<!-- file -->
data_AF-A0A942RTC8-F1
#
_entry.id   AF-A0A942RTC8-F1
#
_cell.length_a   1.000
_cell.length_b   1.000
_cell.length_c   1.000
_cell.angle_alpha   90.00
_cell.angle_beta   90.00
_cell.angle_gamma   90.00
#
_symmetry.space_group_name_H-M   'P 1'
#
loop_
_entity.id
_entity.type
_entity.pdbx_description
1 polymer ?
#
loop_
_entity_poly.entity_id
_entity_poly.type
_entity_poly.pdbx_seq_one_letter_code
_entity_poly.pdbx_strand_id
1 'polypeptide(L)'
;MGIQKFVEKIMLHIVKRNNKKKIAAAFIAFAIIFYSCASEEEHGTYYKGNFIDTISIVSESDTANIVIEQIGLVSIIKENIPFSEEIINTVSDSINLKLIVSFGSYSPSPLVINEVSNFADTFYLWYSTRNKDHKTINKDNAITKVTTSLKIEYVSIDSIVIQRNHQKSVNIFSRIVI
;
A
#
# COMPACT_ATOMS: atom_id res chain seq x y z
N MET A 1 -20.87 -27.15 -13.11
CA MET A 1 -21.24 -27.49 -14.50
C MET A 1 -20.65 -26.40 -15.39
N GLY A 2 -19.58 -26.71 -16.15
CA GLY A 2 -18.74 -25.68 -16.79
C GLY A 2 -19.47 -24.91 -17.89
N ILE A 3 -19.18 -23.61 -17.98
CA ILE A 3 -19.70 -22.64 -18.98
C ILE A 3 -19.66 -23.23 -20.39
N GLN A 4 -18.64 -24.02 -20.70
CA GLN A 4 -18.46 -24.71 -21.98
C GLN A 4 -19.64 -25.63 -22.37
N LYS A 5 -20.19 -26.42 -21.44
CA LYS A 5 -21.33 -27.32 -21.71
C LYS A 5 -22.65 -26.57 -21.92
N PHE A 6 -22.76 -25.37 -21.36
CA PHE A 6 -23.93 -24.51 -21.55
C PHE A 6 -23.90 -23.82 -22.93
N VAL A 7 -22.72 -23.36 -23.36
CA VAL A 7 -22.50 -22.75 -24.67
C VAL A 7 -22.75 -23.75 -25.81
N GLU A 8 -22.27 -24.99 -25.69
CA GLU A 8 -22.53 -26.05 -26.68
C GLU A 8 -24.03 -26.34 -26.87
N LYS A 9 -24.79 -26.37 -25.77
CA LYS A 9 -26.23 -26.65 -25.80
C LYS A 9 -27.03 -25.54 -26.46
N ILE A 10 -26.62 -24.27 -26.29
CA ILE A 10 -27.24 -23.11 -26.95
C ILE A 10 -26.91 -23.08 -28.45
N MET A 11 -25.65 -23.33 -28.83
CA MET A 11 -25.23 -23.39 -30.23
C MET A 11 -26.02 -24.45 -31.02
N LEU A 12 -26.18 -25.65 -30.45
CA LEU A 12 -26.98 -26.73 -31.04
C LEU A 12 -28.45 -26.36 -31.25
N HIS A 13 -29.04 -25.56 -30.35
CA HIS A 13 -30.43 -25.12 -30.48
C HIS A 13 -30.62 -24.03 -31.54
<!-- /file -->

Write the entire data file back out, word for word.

data_AF-A0A942RTC8-F1
#
_entry.id   AF-A0A942RTC8-F1
#
_cell.length_a   1.000
_cell.length_b   1.000
_cell.length_c   1.000
_cell.angle_alpha   90.00
_cell.angle_beta   90.00
_cell.angle_gamma   90.00
#
_symmetry.space_group_name_H-M   'P 1'
#
loop_
_entity.id
_entity.type
_entity.pdbx_description
1 polymer ?
#
loop_
_entity_poly.entity_id
_entity_poly.type
_entity_poly.pdbx_seq_one_letter_code
_entity_poly.pdbx_strand_id
1 'polypeptide(L)'
;MGIQKFVEKIMLHIVKRNNKKKIAAAFIAFAIIFYSCASEEEHGTYYKGNFIDTISIVSESDTANIVIEQIGLVSIIKENIPFSEEIINTVSDSINLKLIVSFGSYSPSPLVINEVSNFADTFYLWYSTRNKDHKTINKDNAITKVTTSLKIEYVSIDSIVIQRNHQKSVNIFSRIVI
;
A
#
# COMPACT_ATOMS: atom_id res chain seq x y z
N MET A 1 -20.87 -27.15 -13.11
CA MET A 1 -21.24 -27.49 -14.50
C MET A 1 -20.65 -26.40 -15.39
N GLY A 2 -19.58 -26.71 -16.15
CA GLY A 2 -18.74 -25.68 -16.79
C GLY A 2 -19.47 -24.91 -17.89
N ILE A 3 -19.18 -23.61 -17.98
CA ILE A 3 -19.70 -22.64 -18.98
C ILE A 3 -19.66 -23.23 -20.39
N GLN A 4 -18.64 -24.02 -20.70
CA GLN A 4 -18.46 -24.71 -21.98
C GLN A 4 -19.64 -25.63 -22.37
N LYS A 5 -20.19 -26.42 -21.44
CA LYS A 5 -21.33 -27.32 -21.71
C LYS A 5 -22.65 -26.57 -21.92
N PHE A 6 -22.76 -25.37 -21.36
CA PHE A 6 -23.93 -24.51 -21.55
C PHE A 6 -23.90 -23.82 -22.93
N VAL A 7 -22.72 -23.36 -23.36
CA VAL A 7 -22.50 -22.75 -24.67
C VAL A 7 -22.75 -23.75 -25.81
N GLU A 8 -22.27 -24.99 -25.69
CA GLU A 8 -22.53 -26.05 -26.68
C GLU A 8 -24.03 -26.34 -26.87
N LYS A 9 -24.79 -26.37 -25.77
CA LYS A 9 -26.23 -26.65 -25.80
C LYS A 9 -27.03 -25.54 -26.46
N ILE A 10 -26.62 -24.27 -26.29
CA ILE A 10 -27.24 -23.11 -26.95
C ILE A 10 -26.91 -23.08 -28.45
N MET A 11 -25.65 -23.33 -28.83
CA MET A 11 -25.23 -23.39 -30.23
C MET A 11 -26.02 -24.45 -31.02
N LEU A 12 -26.18 -25.65 -30.45
CA LEU A 12 -26.98 -26.73 -31.04
C LEU A 12 -28.45 -26.36 -31.25
N HIS A 13 -29.04 -25.56 -30.35
CA HIS A 13 -30.43 -25.12 -30.48
C HIS A 13 -30.62 -24.03 -31.54